Dr Jason Gurney.
Dr Jason Gurney (Ngāpuhi) works in the Department of Public Health and is Director of the Cancer and Chronic Conditions Research Group at the University of Otago, Wellington. He is a Māori epidemiologist whose research focuses on improving cancer outcomes for Māori.
Summary of the impact
Through his relevant, quality research Dr Gurney has formed a collective, aspirational goal to eliminate inequity in cancer outcomes by 2030. This Equity by 2030 goal is included as a key objective in the national Cancer Action Plan 2019–2029. Dr Gurney's research aims to ultimately help to provide solutions to issues, not just highlight the inequities. A key to enacting these solutions is having extensive links throughout policy-making and organisational partners.
Dr Gurney's project Improving the Quantity and Quality of Life for Māori With Cancer, funded by a current Health Research Council Māori Emerging Leadership grant, has a specific focus on improving survival outcomes for Māori with cancer.
Underpinning of research
A long-standing body of evidence shows that Māori have poor survival of cancer once diagnosed. Part of Dr Gurney's work aims to describe the extent of the problem and therefore improve knowledge in this area.
A recent paper published by Dr Gurney shows that Māori have poorer cancer survival for 23 of 24 of the most commonly diagnosed cancers (Gurney, Stanley, McLeod, et al. 2020). This shows that the current system is perpetuating health disparities between Māori and non-Māori. A second piece of work has shown that Māori have less access to early diagnosis and have a poorer stage of disease at diagnosis for some cancers, but this is not true for all cancers (Gurney, Stanley, Jackson, et al. 2020). Dr Gurney has also found that the current data system does not provide enough information to be able to understand enough about survival outcomes, and that this needs improvement for change to be made.
Additional research aims to find out the reason for inequity in cancer outcomes. Ultimately, solutions will be directed toward systemic solutions for increasing access to cancer healthcare for Māori, rather than at an individual patient level.
Dr Gurney presented his work at the 2019 Cancer at a Crossroads conference at Te Papa. It was here he announced his idea of a collective aspirational goal for the healthcare sector to organise thoughts and provide strategies to attack the problem of inequity in cancer outcomes and to eliminate inequity in cancer outcomes by 2030 – Equity by 2030.
Equity by 2030 has generated a lot of discussion and momentum within the cancer sector. Over the remainder of 2019, Dr Gurney worked with the Ministry of Health on the New Zealand Cancer Action Plan 2019–2029, and was able to secure Equity by 2030 as a key objective within the new plan, which was published at the end of 2019.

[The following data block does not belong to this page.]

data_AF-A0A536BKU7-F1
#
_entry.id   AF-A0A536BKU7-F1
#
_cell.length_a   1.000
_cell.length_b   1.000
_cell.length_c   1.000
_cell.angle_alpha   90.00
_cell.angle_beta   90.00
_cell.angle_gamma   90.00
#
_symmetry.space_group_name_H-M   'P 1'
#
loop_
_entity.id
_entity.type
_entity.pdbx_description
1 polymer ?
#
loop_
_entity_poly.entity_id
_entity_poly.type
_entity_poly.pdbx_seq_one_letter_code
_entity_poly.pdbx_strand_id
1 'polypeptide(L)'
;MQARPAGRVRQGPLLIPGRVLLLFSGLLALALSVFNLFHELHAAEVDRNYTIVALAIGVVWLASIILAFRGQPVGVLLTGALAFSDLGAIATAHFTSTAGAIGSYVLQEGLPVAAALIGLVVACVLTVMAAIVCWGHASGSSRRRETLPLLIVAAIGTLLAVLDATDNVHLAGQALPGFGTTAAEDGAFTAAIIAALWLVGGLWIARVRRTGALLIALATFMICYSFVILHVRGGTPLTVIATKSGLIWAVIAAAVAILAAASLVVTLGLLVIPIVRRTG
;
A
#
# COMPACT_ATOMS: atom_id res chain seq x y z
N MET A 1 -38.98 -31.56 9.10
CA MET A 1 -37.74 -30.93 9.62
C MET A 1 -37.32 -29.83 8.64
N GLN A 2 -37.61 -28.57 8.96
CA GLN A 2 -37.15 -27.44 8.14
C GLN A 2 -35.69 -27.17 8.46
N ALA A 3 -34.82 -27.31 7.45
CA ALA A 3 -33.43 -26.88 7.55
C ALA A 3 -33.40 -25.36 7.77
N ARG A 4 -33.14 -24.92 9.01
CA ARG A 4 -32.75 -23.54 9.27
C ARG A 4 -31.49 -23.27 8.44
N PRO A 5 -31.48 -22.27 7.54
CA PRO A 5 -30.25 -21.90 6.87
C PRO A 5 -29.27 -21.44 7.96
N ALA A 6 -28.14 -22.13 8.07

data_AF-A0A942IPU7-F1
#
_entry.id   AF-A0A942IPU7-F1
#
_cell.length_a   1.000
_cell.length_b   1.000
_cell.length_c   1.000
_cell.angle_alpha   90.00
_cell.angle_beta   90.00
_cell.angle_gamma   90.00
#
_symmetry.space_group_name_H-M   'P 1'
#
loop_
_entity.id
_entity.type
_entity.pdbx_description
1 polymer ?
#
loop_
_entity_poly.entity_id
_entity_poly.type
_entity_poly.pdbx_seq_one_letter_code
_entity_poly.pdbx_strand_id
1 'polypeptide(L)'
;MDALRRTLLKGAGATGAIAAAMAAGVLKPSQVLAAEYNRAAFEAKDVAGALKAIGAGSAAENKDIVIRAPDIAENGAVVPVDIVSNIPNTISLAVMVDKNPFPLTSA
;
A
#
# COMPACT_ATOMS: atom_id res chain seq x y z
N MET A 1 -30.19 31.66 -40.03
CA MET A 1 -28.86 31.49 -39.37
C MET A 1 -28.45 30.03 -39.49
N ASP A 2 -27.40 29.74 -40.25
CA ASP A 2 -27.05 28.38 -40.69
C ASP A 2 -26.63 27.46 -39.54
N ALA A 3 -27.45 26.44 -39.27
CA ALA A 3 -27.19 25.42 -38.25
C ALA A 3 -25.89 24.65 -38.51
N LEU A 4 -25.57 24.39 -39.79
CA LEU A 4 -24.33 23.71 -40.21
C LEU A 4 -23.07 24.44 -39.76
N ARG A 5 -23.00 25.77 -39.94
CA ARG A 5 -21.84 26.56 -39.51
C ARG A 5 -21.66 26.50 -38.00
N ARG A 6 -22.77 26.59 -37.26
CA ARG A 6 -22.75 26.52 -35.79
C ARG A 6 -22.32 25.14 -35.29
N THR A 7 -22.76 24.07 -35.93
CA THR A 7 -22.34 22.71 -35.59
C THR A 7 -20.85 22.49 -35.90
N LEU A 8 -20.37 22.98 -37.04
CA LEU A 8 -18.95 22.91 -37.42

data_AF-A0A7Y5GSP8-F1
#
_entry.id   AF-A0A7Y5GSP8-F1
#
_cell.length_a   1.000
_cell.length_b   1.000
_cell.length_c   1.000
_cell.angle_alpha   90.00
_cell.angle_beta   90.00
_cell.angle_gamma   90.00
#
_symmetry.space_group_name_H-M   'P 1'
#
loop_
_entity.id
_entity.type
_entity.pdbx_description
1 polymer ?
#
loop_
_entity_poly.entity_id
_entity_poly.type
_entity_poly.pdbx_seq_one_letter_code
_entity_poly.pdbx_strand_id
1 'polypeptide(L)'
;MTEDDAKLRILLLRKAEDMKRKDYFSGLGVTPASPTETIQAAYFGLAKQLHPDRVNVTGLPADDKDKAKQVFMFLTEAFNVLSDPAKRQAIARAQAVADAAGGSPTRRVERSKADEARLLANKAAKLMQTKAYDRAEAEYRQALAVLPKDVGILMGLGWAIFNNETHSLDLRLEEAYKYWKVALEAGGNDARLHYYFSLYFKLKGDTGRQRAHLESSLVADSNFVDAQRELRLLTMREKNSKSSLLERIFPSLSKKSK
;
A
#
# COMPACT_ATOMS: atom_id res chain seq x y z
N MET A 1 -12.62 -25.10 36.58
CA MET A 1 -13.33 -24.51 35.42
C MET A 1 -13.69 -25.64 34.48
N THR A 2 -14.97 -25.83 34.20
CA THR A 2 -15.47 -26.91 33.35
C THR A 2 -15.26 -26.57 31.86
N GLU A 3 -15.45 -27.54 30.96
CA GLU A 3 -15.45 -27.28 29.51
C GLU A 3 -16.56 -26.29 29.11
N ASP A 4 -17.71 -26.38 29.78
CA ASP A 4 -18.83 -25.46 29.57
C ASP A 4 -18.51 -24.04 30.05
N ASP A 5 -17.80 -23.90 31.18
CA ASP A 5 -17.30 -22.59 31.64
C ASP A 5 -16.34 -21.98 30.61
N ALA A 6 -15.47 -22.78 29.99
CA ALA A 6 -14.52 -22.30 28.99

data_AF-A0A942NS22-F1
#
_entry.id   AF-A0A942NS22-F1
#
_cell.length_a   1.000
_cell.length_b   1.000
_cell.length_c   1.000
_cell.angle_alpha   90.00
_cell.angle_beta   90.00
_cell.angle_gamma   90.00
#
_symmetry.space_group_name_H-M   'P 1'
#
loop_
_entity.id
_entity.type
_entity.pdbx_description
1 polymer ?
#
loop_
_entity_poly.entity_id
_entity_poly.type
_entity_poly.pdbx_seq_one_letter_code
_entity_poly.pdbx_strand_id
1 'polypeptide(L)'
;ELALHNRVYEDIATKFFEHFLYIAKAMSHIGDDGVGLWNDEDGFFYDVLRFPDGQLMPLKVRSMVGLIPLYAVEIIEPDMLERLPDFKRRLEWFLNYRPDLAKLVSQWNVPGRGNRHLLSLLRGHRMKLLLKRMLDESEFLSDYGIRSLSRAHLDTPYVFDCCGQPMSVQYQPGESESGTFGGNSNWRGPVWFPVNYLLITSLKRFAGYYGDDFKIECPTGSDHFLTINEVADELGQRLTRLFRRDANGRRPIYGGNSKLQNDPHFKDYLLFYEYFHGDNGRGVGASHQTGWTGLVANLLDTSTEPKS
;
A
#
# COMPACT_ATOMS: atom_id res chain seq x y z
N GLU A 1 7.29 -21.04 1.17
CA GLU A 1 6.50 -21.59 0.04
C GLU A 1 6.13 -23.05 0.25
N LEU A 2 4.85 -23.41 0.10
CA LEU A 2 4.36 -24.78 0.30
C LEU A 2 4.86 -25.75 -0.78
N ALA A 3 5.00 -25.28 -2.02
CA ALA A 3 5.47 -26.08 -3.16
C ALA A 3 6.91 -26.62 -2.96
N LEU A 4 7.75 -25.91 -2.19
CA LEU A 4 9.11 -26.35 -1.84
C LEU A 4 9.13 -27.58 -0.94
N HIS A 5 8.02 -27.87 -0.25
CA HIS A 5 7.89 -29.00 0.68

Details of the impact
An objective of Dr Gurney's research is to ultimately help to provide solutions to issues, not just highlighting the inequities. This includes planning for solutions by improving access to early diagnosis, access to treatment and access to screening.
Key to enacting these solutions is having extensive links throughout policy-making and organisational partners. Dr Gurney is seconded to the national cancer control agency Te Aho o Te Kahu Cancer Control Agency one day per week, and he is a Board Member of Hei Āhuru Mōwai (national Māori cancer leadership group), which advocates for Māori cancer patients in New Zealand. Dr Gurney also has a strong relationship with Professor Di Safarti (formerly University of Otago), who is now the Chief Executive of Te Aho o Te Kahu Cancer Control Agency.
Michelle Mako, Director of Equity at Te Aho o Te Kahu Cancer Control Agency says Dr Gurney's work, as part of the work coming from the Cancer and Chronic Conditions Research Group (C3) at the University of Otago, is a great asset to supporting the agency's work. Published articles by the C3 group enable her team to incorporate this knowledge into their work, for example in informing the State of Cancer Report released in February 2021 (Te Aho o Te Kahu Cancer Control Agency, 2021).
“This research has made a significant contribution to cancer knowledge and will continue to be of value for some time to come”, Michelle Mako says.
As Dr Gurney works part-time at Te Aho o Te Kahu, the organisation is able to use his expertise to gain an understanding of the wider body of literature. He provides a valuable Māori and equity perspective to Te Aho o Te Kahu. Additionally, his work with He Āhuru Mōwai has helped to influence the work of Te Aho o Te Kahu. Michelle Mako describes He Āhuru Mōwai as “the transformational backbone of Māori leadership for cancer”.
- Relevant, quality research has enabled translation of the findings into the Cancer Action Plan 2019–2029.
- The research is done to ultimately help to provide solutions to issues, not just highlighting the inequities.
- By working at Te Aho o Te Kahu and He Āhuru Mōwai and having close relationships with colleagues, Dr Gurney is able to have uptake of his findings by these groups.
- Gurney J, Stanley J, McLeod M, Koea J, Jackson C, Sarfati D. Disparities in Cancer-Specific Survival Between Māori and Non-Māori New Zealanders, 2007-2016. JCO Global Oncology. 2020 Jun 8;(6):766–74.
- Gurney J, Stanley J, Jackson C, Sarfati D. Stage at diagnosis for Māori cancer patients: disparities, similarities and data limitations. NZMJ. 2020;133(1505).
- Te Aho o Te Kahu Cancer Control Agency. He Pūrongo Mate Pukupuku o Aotearoa 2020. The state of cancer in New Zealand 2020. [Internet]. Te Aho o Te Kahu Cancer Control Agency; 2021.